Zen And The Art of Darning Socks

Sometime toward the end of last week it became apparent that almost half of Mr. Knitting Sarah’s handknit socks were starting to go threadbare. When it rains, it pours, right?! I mentioned to Mr. KS that I’d started another pair, but that he might need to supplement with some ready-to-wear socks. He informed me that he’s totally converted to handknits and doesn’t intend to go back. I was kind of shocked because I thought he might be kind of ecstatic at the chance to integrate some RTW socks into his rotation, but as a knitter I knew I needed to jump into action. That one pair of socks I was working on was not going to cut it! I needed a new plan. I knew it was time to get darning!

I spent the first 2 days of the great sock repair extravaganza of 2019 (which included a whopping 4 pairs of socks) working in Swiss darning. “Swiss darning” is the same thing as duplicate stitch, for those who weren’t aware. I just think “Swiss darning” sounds way more elegant so I like to go with that name (because I can!). In any case, one pair had a pretty small hole near the toe which was relatively easy to fix. The next pair we decided we would just let nature take its course because the socks are 6 years old and entirely stockinette where Mr. KS prefers a 2×2 ribbing on the top of the foot and cuff for a better fit. It’s weird to relegate them to just be worn until their eventual demise, but we agreed that it was time better spent to work on a new pair that fit better than to prolong the life of this pair.  And so I was down to the last two pairs.

The first pair, I darned. And I darned. And I darned.


I was reinforcing the foot in each sock as well as areas along the decreases on the toes, all of which were showing a lot of wear. I didn’t have any yarn that matched, so I just grabbed a skein of similar yarn that I didn’t think Mr. KS would want a full pair of socks from. Since the mending would all be hidden within a shoe, the bolder colors would be hidden, after all. After what felt like Swiss darning forever, Mr. KS was ecstatic with the outcome.

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I wasn’t really going for pretty with these, just functional. A band-aid for the sock shortage of 2019 and I’m fairly confident they’ll do the trick for a while. I was really concerned that the patches would feel weird or uncomfortable, but Mr. KS assured me they were great and he was very happy.

After darning what felt like a lot of real estate on these, I was curious to try a different technique. Instead of the relative tedium of Swiss darning — as elegant as that name may sound, it is still pretty grueling — what if I would just cut off the worn part of the foot and re-knit the whole thing through the toe? Surely the ability to go into auto-pilot knitting with a basic foot and toe would be faster than trying to neatly Swiss darn 1/3 of the footbed, right? I resolved to try it and compare. I mean, you’ll never know unless you try!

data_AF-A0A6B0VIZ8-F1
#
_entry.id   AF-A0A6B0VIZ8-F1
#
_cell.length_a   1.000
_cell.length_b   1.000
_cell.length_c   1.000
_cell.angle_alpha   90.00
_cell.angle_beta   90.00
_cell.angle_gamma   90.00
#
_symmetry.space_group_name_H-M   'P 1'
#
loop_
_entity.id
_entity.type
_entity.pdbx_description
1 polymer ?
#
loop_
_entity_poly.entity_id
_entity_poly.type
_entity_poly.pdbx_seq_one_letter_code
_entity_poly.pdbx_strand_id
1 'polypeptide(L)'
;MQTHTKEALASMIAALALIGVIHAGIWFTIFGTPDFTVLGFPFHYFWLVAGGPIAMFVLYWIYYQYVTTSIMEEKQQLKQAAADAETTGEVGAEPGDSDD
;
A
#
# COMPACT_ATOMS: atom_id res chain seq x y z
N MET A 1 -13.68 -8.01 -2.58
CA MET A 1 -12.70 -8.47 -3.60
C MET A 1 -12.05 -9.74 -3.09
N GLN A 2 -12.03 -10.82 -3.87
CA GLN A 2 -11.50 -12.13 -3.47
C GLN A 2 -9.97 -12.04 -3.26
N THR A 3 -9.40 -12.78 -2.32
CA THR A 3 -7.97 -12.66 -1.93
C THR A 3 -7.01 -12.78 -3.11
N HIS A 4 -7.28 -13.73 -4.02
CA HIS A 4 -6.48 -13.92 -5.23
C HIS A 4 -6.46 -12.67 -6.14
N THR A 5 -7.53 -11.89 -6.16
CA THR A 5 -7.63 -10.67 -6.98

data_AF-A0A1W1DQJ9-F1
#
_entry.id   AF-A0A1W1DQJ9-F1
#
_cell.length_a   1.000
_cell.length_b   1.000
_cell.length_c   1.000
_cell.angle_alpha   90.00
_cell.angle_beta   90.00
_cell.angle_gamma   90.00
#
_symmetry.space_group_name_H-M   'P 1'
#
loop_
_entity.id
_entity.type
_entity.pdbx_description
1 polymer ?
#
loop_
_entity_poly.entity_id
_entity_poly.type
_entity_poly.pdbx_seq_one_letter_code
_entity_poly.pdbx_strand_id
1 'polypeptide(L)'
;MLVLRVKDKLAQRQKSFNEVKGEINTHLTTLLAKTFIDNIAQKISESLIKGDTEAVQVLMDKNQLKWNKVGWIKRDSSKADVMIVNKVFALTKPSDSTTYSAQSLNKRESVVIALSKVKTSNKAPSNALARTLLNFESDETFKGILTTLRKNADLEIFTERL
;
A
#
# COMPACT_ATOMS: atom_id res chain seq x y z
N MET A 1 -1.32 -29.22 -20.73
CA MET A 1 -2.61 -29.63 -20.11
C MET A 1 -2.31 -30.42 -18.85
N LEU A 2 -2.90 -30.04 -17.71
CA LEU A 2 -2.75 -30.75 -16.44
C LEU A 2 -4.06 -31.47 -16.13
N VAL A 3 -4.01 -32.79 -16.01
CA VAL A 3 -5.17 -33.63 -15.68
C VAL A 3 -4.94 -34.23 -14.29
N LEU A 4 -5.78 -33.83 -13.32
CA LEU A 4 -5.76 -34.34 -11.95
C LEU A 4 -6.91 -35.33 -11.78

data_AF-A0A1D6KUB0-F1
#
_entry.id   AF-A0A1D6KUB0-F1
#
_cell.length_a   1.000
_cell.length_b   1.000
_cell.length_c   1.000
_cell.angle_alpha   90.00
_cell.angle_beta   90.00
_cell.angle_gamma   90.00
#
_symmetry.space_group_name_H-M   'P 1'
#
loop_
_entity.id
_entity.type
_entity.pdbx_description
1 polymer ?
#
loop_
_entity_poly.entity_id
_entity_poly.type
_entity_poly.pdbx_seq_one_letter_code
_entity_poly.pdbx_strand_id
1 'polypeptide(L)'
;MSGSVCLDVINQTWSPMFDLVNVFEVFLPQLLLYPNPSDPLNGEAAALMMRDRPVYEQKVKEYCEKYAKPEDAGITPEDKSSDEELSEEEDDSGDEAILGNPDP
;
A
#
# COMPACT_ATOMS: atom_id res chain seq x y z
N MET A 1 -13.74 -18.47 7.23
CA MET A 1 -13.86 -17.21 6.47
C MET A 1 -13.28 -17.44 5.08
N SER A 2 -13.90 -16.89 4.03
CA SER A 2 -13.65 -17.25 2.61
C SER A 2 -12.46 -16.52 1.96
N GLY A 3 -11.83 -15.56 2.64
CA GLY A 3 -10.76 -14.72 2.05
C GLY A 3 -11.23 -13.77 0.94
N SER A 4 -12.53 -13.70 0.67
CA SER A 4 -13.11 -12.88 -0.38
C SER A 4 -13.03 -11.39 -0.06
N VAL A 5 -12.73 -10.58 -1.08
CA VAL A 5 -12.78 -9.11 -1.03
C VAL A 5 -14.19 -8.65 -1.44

Normally I’d look up loads of tutorials since I’d never tried anything like this. I mean, I’d never cut my knitting for steeking even! But I just kind of visualized what I thought would work and went for it. I’ve probably knit close to 100 pairs of socks at this point, so I am pretty confident in the ins and outs of handknit socks and figured based on the terrible state of this pair, I wasn’t going to make them any worse!


It was surprisingly easy. I used a set of one size smaller DPNs to pick up the stitches just because it made the process a little easier. The variegated yarn also helped me to stay in the correct round when picking up stitches. Since I could literally pick anywhere to start, I chose a round that both stood out from the one next to it and was one consistent color all the way around just to make picking up that much easier. The ribbing was a bit trickier until I knew what I was looking for, but I figured it out. Before I knew it, I had the sock on the needles, the worn foot & toe cut off, and I was knitting it off the smaller needles and back onto my 3mm (Mr. KS prefers sport/DK weight socks, hence the 3mm needles). Easy peasy!


For those wondering, this was the old foot & toe.


You can see it was already darned once and the rest of the knitting was almost threadbare.

I took no scientific measurements because I was just exploring the technique this time around, but I would venture to guess that for this extensive of a mending project it was probably about equal to Swiss darning the whole thing, if not a smidge faster. And the second sock was definitely much faster to get set up and back on the needles. I took a little more time to add some heel reinforcement as well with a little duplicate stitch… er… I mean Swiss darning.


I was already that far into it with the toes, I might as well take some precautions on those heels as well, right?!

And I’m happy to report that Mr. KS loves his mended socks!


I just looked them up on Ravelry and these are also 6 years old! Considering Mr. KS spends 10 hours a day, 5 days a week minimum on his feet and has been wearing this pair regularly for the first 4 years of its life and pretty exclusively in rotation with about 5 other handknit pairs the past 2, they have held up remarkably well, I think! Yes, they are still worn, but the fact that re-knitting and reinforcing might buy another year or so out of this yarn is pretty remarkable. And knitting a couple toes and heels is much faster than knitting a whole new pair of men’s size 13 socks!


And what a great way to use a yarn that’s not exactly Mr. KS’ palette, too!